Advice on challenging an allegation of assault

My son has been accused of assaulting his partner. Every time they fall out she makes false allegations, she has even admitted it to the police before. He doesn't have Legal Aid and he hasn't received any paperwork about his trial, which is next month. How do we prove that she is a liar?

When someone denies a criminal allegation and a trial is listed, the prosecuting authority has to consider all of the material relating to the case and all of the enquiries they should make, before the trial begins.

The prosecution then divide the material up into two types – evidence in the case (information they will rely on to try and prove the allegation) and unused material (everything else).

Hide Ad
Hide Ad

It is usual practice for the prosecution to make a list of unused material and send a copy of the list to your son.

The prosecution is legally obliged to consider whether any unused material should be disclosed, using a specific test. Any material held which meets the test must be disclosed to your son.

The problem begins when material is missing from the schedule, or enquiries and investigations just haven’t been carried out by the police.

Sometimes, the prosecution won’t know that material exists which they should make an enquiry about.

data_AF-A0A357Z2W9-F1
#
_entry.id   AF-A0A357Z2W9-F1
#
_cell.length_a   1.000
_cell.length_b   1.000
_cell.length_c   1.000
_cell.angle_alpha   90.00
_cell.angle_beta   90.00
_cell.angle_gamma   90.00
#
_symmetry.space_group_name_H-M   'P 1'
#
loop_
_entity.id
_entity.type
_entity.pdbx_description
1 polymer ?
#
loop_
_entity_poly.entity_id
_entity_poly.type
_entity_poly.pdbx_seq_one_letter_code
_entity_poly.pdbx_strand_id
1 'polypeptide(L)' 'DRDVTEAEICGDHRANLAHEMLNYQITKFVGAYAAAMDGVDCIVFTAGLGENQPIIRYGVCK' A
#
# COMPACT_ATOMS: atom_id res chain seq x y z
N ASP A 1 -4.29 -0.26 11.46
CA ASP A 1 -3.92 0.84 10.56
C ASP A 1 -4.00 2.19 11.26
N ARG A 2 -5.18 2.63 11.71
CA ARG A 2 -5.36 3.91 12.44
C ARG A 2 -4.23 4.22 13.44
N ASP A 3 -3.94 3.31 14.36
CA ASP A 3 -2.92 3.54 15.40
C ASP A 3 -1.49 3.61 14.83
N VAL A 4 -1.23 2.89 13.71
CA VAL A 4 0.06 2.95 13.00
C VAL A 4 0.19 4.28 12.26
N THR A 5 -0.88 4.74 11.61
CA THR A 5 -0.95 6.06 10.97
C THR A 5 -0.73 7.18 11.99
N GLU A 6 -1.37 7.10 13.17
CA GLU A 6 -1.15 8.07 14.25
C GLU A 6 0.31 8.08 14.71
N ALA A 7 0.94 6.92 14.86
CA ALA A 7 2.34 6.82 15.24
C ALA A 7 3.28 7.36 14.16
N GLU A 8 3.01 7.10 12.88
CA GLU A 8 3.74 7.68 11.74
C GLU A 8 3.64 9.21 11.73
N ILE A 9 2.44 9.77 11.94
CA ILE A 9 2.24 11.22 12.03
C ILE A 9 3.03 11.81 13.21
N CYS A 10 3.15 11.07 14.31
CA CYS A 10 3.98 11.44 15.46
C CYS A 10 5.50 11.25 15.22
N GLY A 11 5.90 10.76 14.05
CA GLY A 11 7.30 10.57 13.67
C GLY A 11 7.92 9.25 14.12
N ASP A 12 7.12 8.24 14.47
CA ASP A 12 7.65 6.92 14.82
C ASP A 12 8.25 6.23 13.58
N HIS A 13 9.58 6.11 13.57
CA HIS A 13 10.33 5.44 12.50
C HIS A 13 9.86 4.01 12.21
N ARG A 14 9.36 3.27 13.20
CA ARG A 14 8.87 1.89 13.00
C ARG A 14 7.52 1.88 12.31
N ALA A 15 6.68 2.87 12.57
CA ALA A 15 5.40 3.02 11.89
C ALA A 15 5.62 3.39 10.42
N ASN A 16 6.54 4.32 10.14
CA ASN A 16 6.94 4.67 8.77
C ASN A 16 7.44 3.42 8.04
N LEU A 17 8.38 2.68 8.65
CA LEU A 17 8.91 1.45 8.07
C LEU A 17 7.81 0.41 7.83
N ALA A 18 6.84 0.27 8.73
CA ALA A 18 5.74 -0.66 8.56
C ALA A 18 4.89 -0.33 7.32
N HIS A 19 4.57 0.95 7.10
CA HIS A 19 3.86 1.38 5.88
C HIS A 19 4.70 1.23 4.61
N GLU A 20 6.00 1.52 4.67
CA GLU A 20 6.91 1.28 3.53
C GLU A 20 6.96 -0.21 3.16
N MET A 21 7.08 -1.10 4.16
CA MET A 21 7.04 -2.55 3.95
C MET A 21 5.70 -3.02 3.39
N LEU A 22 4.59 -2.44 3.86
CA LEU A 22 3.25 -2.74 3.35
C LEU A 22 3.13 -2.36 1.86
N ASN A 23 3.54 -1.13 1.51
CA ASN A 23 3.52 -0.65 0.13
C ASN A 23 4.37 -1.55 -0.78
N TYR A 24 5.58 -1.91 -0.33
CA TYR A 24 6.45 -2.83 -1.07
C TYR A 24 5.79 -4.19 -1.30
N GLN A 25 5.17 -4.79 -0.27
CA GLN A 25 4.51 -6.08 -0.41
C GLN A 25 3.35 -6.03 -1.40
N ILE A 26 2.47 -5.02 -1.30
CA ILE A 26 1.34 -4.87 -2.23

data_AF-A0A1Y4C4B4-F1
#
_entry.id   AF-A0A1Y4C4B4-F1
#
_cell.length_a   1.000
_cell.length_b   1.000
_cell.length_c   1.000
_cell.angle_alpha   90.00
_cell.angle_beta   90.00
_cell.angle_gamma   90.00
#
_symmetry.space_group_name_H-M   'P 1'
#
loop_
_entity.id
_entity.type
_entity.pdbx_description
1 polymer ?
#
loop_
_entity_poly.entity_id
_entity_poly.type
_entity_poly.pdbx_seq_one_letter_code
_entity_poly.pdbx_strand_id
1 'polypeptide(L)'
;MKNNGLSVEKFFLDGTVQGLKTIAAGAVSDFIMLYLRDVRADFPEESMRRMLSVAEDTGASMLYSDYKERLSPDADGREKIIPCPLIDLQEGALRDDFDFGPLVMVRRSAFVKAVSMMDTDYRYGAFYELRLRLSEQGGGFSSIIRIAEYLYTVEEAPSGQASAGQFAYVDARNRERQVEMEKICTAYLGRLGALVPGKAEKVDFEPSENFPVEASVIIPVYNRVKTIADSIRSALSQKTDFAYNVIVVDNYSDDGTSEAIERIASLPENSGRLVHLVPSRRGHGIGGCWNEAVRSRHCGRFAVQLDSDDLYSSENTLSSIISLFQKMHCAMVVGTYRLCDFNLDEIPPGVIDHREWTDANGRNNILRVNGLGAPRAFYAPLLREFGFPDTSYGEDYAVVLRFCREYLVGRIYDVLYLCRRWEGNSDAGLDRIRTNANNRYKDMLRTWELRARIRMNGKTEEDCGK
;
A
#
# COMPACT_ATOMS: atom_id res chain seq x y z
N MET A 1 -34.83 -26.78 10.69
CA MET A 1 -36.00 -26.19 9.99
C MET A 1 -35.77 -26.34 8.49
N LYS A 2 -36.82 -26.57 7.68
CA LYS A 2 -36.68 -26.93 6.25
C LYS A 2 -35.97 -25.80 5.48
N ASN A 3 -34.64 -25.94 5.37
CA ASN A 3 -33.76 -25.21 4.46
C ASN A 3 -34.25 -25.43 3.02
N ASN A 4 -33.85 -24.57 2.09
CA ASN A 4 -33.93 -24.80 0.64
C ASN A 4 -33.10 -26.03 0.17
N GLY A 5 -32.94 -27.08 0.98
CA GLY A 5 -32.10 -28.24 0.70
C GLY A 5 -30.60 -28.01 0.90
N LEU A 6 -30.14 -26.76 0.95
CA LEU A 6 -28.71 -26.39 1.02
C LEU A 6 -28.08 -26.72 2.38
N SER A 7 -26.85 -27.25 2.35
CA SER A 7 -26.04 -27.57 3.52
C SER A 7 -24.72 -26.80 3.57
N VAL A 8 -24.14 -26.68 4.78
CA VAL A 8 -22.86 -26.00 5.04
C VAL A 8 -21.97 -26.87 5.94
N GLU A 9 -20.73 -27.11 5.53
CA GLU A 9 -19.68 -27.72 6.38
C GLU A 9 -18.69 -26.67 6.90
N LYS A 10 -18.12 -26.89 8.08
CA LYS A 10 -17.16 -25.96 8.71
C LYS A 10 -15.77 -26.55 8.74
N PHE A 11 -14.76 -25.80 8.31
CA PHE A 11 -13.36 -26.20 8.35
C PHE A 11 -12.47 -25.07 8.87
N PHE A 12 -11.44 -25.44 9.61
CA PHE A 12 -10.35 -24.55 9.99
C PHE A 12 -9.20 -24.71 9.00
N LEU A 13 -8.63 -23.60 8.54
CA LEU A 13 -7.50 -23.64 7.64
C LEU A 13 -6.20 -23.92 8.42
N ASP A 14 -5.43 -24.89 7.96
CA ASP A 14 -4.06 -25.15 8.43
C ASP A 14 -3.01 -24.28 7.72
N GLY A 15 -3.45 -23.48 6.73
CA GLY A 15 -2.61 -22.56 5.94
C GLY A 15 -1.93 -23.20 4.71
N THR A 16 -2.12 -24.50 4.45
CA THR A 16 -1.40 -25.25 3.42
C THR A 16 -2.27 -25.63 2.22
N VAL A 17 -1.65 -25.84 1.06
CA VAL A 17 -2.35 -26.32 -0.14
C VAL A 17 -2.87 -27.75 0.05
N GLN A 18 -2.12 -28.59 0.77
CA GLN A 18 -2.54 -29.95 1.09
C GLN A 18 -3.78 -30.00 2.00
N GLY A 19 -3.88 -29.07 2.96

Hide Ad
Hide Ad

If material suggesting that your son’s partner has a history of making false allegations is in the unused, your son should ask for a copy of that document.

If it meets the disclosure test, it must be disclosed to him.

If the prosecution refuse to disclose this, or if they don’t have any material, your son should inform the prosecution in writing and ask them to confirm whether any documents of this nature exist.

The usual way to do this is in a ‘defence case statement’ – your son should seek legal advice before making such a statement to confirm the format and content, and the consequences in criminal proceedings of giving this statement.

Hide Ad
Hide Ad

Once your son has the material he needs, he will need to make an application to the court to rely on any relevant evidence of his partners “bad character”.

There is specific legislation on this topic and your son should seek legal advice as to whether the material he has qualifies for an application to be made, and how to prepare one.

Here at Ben Hoare Bell we have a team of specialist criminal defence solicitors who would be happy to give your son some advice on these issues. We can also advise your son about the various funding options available to him if he wishes to have assistance in preparing his case or representation at his trial.